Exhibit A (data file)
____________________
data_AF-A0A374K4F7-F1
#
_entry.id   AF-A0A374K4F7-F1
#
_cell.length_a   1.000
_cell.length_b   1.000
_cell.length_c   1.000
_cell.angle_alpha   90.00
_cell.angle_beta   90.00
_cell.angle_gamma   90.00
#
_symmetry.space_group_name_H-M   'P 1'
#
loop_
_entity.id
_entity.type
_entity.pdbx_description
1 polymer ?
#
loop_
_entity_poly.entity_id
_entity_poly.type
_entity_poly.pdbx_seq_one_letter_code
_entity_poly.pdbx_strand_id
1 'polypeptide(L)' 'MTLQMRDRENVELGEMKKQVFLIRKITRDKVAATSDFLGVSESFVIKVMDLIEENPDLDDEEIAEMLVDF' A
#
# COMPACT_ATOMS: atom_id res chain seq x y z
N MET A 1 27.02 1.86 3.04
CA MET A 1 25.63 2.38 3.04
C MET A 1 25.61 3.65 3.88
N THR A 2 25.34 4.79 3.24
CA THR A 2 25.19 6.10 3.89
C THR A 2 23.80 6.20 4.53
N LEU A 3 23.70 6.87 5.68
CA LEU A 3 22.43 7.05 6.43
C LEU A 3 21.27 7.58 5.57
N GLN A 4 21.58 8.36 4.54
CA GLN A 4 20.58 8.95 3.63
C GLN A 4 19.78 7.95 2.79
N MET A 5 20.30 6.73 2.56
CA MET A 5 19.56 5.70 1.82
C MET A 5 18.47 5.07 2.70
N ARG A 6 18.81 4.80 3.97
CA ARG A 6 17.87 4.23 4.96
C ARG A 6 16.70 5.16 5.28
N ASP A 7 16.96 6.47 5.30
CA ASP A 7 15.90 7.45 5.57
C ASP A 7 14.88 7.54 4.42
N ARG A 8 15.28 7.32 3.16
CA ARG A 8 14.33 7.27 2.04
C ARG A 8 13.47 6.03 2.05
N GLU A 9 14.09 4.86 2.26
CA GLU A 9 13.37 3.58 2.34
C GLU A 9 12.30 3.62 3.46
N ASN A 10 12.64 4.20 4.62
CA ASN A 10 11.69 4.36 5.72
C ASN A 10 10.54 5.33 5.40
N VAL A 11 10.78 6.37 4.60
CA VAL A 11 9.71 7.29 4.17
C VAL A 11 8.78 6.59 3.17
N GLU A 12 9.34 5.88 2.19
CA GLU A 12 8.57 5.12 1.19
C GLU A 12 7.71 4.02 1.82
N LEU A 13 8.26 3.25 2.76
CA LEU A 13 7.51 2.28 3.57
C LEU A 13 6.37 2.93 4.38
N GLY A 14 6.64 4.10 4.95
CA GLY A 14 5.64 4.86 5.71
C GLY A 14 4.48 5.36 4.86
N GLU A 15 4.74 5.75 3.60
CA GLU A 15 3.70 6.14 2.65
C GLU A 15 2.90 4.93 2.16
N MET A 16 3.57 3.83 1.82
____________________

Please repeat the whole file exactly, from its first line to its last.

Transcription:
data_AF-A0A374K4F7-F1
#
_entry.id   AF-A0A374K4F7-F1
#
_cell.length_a   1.000
_cell.length_b   1.000
_cell.length_c   1.000
_cell.angle_alpha   90.00
_cell.angle_beta   90.00
_cell.angle_gamma   90.00
#
_symmetry.space_group_name_H-M   'P 1'
#
loop_
_entity.id
_entity.type
_entity.pdbx_description
1 polymer ?
#
loop_
_entity_poly.entity_id
_entity_poly.type
_entity_poly.pdbx_seq_one_letter_code
_entity_poly.pdbx_strand_id
1 'polypeptide(L)' 'MTLQMRDRENVELGEMKKQVFLIRKITRDKVAATSDFLGVSESFVIKVMDLIEENPDLDDEEIAEMLVDF' A
#
# COMPACT_ATOMS: atom_id res chain seq x y z
N MET A 1 27.02 1.86 3.04
CA MET A 1 25.63 2.38 3.04
C MET A 1 25.61 3.65 3.88
N THR A 2 25.34 4.79 3.24
CA THR A 2 25.19 6.10 3.89
C THR A 2 23.80 6.20 4.53
N LEU A 3 23.70 6.87 5.68
CA LEU A 3 22.43 7.05 6.43
C LEU A 3 21.27 7.58 5.57
N GLN A 4 21.58 8.36 4.54
CA GLN A 4 20.58 8.95 3.63
C GLN A 4 19.78 7.95 2.79
N MET A 5 20.30 6.73 2.56
CA MET A 5 19.56 5.70 1.82
C MET A 5 18.47 5.07 2.70
N ARG A 6 18.81 4.80 3.97
CA ARG A 6 17.87 4.23 4.96
C ARG A 6 16.70 5.16 5.28
N ASP A 7 16.96 6.47 5.30
CA ASP A 7 15.90 7.45 5.57
C ASP A 7 14.88 7.54 4.42
N ARG A 8 15.28 7.32 3.16
CA ARG A 8 14.33 7.27 2.04
C ARG A 8 13.47 6.03 2.05
N GLU A 9 14.09 4.86 2.26
CA GLU A 9 13.37 3.58 2.34
C GLU A 9 12.30 3.62 3.46
N ASN A 10 12.64 4.20 4.62
CA ASN A 10 11.69 4.36 5.72
C ASN A 10 10.54 5.33 5.40
N VAL A 11 10.78 6.37 4.60
CA VAL A 11 9.71 7.29 4.17
C VAL A 11 8.78 6.59 3.17
N GLU A 12 9.34 5.88 2.19
CA GLU A 12 8.57 5.12 1.19
C GLU A 12 7.71 4.02 1.82
N LEU A 13 8.26 3.25 2.76
CA LEU A 13 7.51 2.28 3.57
C LEU A 13 6.37 2.93 4.38
N GLY A 14 6.64 4.10 4.95
CA GLY A 14 5.64 4.86 5.71
C GLY A 14 4.48 5.36 4.86
N GLU A 15 4.74 5.75 3.60
CA GLU A 15 3.70 6.14 2.65
C GLU A 15 2.90 4.93 2.16
N MET A 16 3.57 3.83 1.82